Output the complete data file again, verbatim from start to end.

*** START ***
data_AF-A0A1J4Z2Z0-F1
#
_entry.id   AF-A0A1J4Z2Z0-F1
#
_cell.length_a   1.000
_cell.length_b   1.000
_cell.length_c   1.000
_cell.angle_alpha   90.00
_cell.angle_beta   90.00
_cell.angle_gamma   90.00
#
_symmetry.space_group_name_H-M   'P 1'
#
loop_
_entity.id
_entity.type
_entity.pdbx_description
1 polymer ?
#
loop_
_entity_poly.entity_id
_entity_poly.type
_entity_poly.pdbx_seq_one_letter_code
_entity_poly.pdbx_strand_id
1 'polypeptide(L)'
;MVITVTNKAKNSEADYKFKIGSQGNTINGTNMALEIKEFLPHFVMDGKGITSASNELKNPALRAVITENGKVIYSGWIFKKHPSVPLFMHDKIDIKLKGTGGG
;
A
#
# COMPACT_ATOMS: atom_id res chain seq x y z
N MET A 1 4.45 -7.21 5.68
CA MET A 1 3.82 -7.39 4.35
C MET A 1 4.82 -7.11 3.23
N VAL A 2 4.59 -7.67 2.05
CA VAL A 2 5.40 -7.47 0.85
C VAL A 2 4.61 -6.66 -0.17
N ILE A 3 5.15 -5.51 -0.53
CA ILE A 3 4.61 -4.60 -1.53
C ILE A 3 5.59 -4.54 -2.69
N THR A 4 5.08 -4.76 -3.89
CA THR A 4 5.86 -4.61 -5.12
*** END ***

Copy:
data_AF-A0A1J4Z2Z0-F1
#
_entry.id   AF-A0A1J4Z2Z0-F1
#
_cell.length_a   1.000
_cell.length_b   1.000
_cell.length_c   1.000
_cell.angle_alpha   90.00
_cell.angle_beta   90.00
_cell.angle_gamma   90.00
#
_symmetry.space_group_name_H-M   'P 1'
#
loop_
_entity.id
_entity.type
_entity.pdbx_description
1 polymer ?
#
loop_
_entity_poly.entity_id
_entity_poly.type
_entity_poly.pdbx_seq_one_letter_code
_entity_poly.pdbx_strand_id
1 'polypeptide(L)'
;MVITVTNKAKNSEADYKFKIGSQGNTINGTNMALEIKEFLPHFVMDGKGITSASNELKNPALRAVITENGKVIYSGWIFKKHPSVPLFMHDKIDIKLKGTGGG
;
A
#
# COMPACT_ATOMS: atom_id res chain seq x y z
N MET A 1 4.45 -7.21 5.68
CA MET A 1 3.82 -7.39 4.35
C MET A 1 4.82 -7.11 3.23
N VAL A 2 4.59 -7.67 2.05
CA VAL A 2 5.40 -7.47 0.85
C VAL A 2 4.61 -6.66 -0.17
N ILE A 3 5.15 -5.51 -0.53
CA ILE A 3 4.61 -4.60 -1.53
C ILE A 3 5.59 -4.54 -2.69
N THR A 4 5.08 -4.76 -3.89
CA THR A 4 5.86 -4.61 -5.12